Renovating a house is a project therefore it will take a bit of time to complete. We’ve already warned you to expect the transformation of your home to take longer than what contractors say, however there are other factors you should consider in regards to time. You’d be surprised how many things could affect the time frame of your renovation, which ultimately effects your wallet.

 

Live in the house first

 

The best advice for new home owners that I’d ever heard of was to live in the house before you plan your renovation. You may know that no matter what you’ll be renovating, but the key is to know what it is about your house that needs the renovating. Get to know your house and how you and your family use it every day. What you once thought was the most important change needed may fall down the list when you discover which rooms you use more. Likewise, as the seasons change you may realize you use the house differently. What you originally thought would be a good plan in the winter might turn out to not be a poor idea for the summer. Don’t rush into the renovation, make sure you know what it is that you need.

 

All at once or one at a time? 

Once you’ve made that priority list we suggested you make in step one, think about doing it room by room or all at once. Get advice from your contractor as well. There may be smaller renovations you can do in the slow winter months that will be more cost effective to you and reduce the chaos that comes with doing it all at once.

 

Regularly check in on the project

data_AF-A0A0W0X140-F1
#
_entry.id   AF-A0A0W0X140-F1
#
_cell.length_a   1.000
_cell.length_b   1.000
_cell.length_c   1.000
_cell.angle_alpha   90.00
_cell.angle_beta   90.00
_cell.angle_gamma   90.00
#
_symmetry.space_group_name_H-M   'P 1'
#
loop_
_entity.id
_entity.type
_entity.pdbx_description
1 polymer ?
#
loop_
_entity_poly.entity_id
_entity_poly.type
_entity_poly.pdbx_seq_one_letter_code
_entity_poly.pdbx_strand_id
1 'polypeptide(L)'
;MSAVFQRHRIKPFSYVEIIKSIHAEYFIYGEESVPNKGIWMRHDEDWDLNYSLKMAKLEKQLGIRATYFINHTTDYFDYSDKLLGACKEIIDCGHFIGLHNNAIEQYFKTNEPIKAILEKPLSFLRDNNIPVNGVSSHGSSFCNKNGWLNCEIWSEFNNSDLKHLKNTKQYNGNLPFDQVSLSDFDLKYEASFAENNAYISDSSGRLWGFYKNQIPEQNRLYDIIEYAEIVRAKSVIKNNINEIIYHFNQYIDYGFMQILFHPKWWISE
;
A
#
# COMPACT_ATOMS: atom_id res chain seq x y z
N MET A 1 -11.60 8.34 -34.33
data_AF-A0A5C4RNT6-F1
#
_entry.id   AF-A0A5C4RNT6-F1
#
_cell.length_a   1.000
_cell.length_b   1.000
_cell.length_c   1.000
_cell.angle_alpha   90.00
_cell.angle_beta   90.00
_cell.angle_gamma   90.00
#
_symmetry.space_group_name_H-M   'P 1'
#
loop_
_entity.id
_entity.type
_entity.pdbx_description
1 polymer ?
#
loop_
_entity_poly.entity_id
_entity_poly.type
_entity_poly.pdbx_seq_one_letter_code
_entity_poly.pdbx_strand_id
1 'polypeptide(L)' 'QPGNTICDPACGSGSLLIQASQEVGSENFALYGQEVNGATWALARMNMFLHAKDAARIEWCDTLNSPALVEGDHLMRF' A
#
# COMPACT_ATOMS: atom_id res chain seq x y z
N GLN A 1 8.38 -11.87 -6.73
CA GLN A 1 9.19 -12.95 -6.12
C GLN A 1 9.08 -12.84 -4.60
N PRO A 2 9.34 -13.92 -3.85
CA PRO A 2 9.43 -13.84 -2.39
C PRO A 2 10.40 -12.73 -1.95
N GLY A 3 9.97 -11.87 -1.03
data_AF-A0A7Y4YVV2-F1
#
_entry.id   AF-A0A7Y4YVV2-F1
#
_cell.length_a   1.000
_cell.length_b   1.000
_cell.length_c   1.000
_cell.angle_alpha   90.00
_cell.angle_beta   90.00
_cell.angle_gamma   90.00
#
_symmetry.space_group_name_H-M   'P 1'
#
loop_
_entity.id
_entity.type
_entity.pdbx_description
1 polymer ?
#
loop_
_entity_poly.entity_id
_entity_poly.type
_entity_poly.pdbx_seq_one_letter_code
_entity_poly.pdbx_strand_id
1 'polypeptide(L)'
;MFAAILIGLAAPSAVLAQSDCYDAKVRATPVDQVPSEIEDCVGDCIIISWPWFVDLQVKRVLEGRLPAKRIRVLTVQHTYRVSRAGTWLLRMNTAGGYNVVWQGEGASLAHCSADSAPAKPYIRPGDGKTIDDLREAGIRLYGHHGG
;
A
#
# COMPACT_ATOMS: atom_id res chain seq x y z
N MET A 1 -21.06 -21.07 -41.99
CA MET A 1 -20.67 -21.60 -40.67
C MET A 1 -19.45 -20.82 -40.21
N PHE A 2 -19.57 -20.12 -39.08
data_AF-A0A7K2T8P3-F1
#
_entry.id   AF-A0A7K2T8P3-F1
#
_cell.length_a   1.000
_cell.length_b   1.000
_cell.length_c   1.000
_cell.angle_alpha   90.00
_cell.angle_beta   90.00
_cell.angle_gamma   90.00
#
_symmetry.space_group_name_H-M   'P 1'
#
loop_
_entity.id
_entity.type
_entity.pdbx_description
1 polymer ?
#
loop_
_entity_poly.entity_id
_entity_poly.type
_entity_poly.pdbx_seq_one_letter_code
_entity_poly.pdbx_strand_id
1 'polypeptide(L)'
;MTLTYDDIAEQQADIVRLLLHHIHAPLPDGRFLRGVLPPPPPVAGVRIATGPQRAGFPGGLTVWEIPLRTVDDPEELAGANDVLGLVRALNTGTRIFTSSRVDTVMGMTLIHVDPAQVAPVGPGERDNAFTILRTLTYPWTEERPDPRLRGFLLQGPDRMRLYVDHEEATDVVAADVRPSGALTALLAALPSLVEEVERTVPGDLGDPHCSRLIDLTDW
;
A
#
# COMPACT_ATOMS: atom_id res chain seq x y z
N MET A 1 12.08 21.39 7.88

During the process of your renovation, don’t feel afraid to check in on the contractor’s work. Miscommunication is a natural thing for humans. What one may envision in their head and described so clearly by them may be interpreted completely different by the other. Before a contractor makes a mistake that becomes expensive to fix, catch it before it goes any further. Not only will it cost money to be adjusted, but it will also extend the time it takes for your renovation to be complete.

 

Be prepared

In addition to mistakes being made in how you wanted something done, also be prepared for parts to take time to arrive. For example, the specific tiles you wanted for your kitchen may get back ordered and take a couple weeks to come in, therefore putting your contractors back. Or the custom sink you got doesn’t fit for some reason so you need to figure out an alternative plan. These are things that will cost you time and money, and if you’re not prepared for it: your sanity. Anything can happen during the renovation process, so do your best to be ready for it.

 

 Economy

Finally, the last thing you should consider is the economy. How is it effecting you and is it the best time to start a renovation? Granted, you can’t control what the economy does, but it’s something good to consider before you take on a huge project.